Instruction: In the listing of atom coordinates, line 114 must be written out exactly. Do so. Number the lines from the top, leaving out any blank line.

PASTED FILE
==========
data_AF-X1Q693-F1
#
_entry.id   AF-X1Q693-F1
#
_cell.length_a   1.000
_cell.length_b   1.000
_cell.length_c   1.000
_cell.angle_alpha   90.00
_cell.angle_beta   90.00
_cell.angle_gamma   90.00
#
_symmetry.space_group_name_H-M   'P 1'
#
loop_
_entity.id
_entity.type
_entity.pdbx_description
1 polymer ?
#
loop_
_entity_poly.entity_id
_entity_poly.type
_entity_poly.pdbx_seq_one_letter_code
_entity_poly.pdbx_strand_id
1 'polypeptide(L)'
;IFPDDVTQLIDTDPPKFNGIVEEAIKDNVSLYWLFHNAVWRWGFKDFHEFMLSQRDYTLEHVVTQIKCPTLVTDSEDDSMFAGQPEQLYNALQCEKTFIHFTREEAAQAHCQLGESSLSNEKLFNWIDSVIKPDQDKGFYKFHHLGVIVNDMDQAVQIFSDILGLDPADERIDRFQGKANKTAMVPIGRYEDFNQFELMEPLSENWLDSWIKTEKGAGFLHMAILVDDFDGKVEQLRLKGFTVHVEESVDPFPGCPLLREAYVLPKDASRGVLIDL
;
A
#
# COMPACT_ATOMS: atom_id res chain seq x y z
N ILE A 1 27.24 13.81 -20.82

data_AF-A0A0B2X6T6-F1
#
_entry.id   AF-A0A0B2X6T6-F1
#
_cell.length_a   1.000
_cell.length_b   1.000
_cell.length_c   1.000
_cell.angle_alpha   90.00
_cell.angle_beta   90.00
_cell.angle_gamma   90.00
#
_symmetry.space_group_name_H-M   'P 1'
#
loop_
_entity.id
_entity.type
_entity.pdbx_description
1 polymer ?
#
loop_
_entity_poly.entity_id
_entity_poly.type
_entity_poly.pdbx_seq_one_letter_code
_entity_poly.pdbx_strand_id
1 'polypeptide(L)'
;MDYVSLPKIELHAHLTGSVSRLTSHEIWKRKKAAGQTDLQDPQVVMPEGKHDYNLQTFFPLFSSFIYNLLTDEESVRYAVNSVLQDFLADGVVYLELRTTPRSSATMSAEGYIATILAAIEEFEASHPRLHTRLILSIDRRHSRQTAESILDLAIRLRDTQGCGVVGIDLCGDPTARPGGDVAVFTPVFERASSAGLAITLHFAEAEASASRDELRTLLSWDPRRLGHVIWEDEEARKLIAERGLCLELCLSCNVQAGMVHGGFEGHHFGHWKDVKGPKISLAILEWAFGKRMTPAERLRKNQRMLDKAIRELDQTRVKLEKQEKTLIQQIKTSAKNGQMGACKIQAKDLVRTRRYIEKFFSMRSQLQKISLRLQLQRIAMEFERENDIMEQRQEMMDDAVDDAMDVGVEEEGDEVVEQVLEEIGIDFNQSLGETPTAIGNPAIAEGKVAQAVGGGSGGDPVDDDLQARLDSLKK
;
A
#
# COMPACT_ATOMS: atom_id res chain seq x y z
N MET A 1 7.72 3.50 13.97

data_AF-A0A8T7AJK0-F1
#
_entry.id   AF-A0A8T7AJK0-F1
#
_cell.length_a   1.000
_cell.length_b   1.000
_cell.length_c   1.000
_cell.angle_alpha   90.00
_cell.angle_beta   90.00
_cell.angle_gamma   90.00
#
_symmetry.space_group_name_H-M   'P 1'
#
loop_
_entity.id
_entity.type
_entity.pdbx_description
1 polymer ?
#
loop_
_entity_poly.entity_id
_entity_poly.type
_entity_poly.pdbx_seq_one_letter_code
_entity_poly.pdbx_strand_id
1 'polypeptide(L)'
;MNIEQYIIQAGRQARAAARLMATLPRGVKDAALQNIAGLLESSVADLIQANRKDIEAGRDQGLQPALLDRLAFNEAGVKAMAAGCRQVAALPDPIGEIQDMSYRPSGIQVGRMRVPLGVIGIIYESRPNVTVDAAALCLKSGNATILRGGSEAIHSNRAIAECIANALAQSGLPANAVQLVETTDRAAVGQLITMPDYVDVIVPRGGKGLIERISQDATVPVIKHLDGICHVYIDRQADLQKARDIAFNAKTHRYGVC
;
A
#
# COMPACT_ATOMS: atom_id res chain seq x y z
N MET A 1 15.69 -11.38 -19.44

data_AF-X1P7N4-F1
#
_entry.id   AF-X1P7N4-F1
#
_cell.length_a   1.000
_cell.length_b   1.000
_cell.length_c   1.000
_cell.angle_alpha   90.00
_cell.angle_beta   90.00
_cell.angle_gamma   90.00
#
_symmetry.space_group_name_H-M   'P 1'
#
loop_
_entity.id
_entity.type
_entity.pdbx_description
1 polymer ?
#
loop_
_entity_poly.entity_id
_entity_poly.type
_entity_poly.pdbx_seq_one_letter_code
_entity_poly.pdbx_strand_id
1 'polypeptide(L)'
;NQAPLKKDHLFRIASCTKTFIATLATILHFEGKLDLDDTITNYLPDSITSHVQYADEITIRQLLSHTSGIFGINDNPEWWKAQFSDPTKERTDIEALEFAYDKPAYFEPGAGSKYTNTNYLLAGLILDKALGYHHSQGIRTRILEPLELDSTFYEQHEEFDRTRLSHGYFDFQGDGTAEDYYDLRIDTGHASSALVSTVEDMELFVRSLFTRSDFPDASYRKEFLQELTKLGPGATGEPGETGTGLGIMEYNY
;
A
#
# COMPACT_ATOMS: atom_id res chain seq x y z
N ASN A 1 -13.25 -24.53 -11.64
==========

_entity_poly.entity_id